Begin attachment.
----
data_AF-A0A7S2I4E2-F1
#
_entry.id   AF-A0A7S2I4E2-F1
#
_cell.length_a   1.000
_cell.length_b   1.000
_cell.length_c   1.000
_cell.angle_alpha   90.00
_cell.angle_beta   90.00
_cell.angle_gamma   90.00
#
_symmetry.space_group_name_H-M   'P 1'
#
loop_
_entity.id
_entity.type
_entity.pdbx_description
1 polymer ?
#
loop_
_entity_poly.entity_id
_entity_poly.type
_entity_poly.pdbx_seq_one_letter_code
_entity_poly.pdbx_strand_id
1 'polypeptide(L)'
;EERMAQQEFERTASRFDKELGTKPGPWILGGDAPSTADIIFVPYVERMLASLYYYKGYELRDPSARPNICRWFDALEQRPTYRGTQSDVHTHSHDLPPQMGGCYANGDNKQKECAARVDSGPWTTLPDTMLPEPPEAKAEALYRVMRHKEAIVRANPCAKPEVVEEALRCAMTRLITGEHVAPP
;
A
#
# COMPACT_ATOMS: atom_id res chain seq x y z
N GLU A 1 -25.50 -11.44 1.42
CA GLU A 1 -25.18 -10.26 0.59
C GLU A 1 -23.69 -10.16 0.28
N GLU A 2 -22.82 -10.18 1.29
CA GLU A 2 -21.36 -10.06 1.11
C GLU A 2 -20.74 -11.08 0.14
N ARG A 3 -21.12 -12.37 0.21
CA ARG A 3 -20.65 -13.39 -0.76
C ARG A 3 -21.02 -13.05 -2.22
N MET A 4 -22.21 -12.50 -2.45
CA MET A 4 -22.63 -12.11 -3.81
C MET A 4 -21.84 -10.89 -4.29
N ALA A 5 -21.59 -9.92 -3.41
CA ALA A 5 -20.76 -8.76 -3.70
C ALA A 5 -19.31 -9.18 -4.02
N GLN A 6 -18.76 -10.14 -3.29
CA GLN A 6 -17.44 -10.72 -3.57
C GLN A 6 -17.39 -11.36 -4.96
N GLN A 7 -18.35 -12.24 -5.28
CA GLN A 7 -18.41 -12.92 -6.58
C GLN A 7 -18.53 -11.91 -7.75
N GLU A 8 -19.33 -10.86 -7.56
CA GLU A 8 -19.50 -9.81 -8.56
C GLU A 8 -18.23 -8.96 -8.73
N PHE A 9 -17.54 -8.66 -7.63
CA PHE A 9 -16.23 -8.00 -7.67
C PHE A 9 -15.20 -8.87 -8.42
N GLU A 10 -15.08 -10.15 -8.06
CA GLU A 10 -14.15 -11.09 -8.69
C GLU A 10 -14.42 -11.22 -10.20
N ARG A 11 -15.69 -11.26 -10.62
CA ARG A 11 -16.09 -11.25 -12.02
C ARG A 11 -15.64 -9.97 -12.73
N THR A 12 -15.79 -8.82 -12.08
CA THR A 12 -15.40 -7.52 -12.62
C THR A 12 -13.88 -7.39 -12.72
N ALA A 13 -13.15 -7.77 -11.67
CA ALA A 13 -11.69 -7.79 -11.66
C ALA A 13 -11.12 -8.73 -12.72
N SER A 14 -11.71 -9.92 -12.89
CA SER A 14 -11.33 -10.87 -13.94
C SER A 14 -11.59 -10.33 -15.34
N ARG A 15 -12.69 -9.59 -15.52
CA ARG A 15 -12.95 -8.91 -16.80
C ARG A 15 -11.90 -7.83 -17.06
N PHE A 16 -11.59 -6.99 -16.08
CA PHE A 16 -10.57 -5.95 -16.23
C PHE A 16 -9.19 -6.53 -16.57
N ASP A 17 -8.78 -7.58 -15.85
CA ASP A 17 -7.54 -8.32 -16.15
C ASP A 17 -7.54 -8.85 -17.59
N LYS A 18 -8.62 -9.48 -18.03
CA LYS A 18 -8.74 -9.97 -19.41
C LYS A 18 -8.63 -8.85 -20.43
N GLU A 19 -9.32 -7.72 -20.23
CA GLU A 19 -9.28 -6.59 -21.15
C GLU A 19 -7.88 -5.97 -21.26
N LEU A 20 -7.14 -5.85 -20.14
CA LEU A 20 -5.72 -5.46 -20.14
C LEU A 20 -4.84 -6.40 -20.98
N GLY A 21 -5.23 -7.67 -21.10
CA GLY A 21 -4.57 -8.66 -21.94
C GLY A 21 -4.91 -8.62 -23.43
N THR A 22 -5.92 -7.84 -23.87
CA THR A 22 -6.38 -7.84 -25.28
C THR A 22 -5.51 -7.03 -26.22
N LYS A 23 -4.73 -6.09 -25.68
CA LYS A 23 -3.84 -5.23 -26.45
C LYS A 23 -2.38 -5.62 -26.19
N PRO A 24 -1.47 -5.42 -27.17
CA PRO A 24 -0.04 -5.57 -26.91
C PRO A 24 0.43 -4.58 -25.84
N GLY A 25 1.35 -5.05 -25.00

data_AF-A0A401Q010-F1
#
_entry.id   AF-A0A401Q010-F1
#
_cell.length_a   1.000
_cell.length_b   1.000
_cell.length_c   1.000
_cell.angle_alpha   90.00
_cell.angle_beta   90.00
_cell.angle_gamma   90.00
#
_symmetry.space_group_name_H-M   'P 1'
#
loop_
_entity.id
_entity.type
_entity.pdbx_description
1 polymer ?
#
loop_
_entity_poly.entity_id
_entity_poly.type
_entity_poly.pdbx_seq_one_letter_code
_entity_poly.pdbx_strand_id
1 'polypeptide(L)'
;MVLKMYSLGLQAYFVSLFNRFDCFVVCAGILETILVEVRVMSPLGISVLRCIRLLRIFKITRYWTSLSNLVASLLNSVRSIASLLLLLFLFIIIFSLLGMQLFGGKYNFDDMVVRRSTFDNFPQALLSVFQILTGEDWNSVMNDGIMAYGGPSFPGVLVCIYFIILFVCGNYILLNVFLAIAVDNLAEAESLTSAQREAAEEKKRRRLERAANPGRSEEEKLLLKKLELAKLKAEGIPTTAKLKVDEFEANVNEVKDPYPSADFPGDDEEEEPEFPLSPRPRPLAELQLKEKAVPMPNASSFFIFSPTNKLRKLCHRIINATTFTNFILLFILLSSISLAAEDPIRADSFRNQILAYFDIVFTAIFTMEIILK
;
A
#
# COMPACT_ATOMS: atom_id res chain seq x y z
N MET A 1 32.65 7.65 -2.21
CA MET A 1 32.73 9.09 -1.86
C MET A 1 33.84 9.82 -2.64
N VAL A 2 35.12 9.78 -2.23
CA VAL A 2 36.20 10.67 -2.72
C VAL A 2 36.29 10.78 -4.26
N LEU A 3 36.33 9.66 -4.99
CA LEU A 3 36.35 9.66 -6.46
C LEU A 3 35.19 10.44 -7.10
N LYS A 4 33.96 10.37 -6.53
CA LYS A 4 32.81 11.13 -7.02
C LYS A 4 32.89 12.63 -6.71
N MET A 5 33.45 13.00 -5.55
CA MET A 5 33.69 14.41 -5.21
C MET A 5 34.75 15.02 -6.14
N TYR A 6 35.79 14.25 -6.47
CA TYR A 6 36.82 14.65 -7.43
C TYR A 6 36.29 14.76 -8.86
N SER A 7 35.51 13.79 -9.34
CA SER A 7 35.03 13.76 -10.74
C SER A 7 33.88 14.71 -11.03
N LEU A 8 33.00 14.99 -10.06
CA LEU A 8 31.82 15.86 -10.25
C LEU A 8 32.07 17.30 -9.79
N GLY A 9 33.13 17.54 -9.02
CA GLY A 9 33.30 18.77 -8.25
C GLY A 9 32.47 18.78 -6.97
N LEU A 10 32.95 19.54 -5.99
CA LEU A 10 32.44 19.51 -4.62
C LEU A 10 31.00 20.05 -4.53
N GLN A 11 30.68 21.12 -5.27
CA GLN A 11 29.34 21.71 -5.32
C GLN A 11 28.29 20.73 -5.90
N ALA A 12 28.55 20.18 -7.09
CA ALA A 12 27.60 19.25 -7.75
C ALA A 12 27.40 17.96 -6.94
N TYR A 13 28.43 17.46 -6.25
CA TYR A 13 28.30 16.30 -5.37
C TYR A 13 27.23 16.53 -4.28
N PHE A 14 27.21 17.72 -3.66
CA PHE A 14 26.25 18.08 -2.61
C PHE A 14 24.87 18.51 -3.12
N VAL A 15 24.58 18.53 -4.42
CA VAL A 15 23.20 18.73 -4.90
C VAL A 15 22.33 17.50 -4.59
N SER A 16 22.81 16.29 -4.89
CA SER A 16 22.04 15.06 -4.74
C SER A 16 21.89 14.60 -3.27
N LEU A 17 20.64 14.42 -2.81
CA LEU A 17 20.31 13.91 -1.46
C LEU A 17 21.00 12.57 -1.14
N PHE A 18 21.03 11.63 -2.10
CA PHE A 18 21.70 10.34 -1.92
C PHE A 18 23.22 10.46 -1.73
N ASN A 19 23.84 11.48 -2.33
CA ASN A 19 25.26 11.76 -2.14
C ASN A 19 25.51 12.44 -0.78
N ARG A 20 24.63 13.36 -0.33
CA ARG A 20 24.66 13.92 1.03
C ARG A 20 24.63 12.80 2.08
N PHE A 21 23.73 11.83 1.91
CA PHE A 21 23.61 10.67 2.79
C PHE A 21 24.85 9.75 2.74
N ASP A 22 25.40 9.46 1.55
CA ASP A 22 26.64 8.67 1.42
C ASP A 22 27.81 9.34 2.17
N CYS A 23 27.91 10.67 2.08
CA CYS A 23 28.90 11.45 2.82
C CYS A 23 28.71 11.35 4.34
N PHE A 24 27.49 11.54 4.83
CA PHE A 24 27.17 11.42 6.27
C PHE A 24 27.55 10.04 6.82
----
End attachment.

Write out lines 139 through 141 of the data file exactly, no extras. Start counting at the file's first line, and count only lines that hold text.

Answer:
C VAL A 2 36.29 10.78 -4.26
N LEU A 3 36.33 9.66 -4.99
CA LEU A 3 36.35 9.66 -6.46